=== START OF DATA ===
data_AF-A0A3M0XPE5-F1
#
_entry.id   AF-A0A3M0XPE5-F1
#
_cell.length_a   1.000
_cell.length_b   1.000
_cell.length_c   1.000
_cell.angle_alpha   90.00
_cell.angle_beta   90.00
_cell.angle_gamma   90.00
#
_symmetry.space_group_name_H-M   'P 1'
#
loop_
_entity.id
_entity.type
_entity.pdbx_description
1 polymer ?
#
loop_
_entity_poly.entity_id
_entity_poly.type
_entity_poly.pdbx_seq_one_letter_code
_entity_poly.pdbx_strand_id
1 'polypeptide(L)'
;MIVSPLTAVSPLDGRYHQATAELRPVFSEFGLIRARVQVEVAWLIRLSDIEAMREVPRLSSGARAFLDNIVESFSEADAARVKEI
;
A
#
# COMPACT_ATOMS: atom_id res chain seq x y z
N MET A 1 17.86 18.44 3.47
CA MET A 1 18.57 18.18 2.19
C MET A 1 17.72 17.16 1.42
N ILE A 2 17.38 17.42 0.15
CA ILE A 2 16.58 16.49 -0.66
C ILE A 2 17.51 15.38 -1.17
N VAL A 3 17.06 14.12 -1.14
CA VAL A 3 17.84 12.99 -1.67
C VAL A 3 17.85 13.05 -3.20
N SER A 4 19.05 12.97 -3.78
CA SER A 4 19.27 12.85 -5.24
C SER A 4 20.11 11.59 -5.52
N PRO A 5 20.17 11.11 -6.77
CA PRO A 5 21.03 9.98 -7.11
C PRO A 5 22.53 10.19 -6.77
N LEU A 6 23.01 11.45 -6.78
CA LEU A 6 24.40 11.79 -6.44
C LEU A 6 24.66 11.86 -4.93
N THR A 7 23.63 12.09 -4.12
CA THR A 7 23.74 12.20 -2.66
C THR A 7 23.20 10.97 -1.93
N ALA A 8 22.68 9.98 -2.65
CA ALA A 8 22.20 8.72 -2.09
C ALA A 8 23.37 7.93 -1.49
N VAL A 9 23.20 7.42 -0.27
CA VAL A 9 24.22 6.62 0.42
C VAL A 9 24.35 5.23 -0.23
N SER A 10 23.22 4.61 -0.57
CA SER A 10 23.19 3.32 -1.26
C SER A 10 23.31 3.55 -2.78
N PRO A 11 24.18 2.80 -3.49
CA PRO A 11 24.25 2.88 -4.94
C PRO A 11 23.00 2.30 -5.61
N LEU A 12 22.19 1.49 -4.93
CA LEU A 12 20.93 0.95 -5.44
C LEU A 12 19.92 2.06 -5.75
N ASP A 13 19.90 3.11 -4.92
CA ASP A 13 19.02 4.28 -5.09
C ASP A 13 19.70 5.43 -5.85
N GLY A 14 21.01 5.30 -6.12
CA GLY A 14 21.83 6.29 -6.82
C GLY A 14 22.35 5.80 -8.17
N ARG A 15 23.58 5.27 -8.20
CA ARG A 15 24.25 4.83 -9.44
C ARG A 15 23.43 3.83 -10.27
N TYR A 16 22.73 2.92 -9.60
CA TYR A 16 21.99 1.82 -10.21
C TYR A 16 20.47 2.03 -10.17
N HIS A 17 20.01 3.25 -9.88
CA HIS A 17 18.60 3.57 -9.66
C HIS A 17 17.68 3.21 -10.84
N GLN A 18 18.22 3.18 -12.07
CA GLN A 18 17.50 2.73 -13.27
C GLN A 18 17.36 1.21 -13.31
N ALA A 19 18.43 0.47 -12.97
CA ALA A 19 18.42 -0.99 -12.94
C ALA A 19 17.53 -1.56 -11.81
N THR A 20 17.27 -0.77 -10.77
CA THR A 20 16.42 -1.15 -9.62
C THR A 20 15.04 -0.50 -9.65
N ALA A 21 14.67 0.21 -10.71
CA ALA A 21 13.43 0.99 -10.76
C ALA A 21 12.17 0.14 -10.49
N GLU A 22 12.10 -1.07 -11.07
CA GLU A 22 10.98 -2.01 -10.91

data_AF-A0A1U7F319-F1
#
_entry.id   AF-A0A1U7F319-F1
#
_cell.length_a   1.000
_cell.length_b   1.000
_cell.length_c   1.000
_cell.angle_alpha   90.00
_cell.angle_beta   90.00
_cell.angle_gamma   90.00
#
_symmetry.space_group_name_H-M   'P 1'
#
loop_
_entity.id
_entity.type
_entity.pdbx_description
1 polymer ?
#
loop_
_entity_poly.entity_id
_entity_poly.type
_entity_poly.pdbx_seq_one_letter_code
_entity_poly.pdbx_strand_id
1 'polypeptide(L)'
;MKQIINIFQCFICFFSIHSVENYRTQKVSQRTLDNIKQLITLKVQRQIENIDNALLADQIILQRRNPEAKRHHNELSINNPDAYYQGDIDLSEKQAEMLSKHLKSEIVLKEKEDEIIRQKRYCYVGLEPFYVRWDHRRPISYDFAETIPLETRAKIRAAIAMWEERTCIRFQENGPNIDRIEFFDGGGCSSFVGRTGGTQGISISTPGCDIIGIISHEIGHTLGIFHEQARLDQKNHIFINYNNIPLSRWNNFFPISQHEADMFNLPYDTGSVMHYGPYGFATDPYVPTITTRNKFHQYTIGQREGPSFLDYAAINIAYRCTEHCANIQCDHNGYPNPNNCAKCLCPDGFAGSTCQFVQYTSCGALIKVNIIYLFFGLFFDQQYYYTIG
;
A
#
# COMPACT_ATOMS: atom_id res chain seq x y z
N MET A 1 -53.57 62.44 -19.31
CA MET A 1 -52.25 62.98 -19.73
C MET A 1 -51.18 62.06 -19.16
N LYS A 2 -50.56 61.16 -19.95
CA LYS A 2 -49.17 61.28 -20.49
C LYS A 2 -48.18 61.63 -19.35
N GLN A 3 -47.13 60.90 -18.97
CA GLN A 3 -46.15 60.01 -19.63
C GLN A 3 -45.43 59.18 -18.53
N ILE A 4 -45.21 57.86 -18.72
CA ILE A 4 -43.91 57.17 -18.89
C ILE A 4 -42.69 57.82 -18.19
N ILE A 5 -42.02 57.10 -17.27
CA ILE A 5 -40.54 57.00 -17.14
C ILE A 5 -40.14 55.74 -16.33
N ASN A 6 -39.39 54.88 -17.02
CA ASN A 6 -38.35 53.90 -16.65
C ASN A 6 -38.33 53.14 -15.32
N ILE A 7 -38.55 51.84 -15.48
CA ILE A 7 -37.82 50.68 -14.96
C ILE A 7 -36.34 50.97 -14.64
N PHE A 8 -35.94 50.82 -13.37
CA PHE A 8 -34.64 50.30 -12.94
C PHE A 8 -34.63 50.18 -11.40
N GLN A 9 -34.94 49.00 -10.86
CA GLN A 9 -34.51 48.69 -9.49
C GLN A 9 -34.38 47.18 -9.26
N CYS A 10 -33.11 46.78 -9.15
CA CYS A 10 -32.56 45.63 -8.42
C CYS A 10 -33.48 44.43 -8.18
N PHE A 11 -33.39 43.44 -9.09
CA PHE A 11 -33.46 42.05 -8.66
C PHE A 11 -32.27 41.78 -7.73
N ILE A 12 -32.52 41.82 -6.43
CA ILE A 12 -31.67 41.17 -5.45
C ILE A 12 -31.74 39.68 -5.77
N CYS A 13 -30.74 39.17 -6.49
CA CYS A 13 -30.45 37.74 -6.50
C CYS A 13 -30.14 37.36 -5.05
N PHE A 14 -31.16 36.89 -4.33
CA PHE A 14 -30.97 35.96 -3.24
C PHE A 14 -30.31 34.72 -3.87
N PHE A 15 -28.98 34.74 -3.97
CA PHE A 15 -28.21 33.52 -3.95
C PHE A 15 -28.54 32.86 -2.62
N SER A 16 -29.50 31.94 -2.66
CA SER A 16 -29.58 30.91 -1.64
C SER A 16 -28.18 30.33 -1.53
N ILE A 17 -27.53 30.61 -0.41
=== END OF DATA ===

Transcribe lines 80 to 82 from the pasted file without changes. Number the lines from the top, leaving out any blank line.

CA HIS A 17 18.60 3.57 -9.66
C HIS A 17 17.68 3.21 -10.84
N GLN A 18 18.22 3.18 -12.07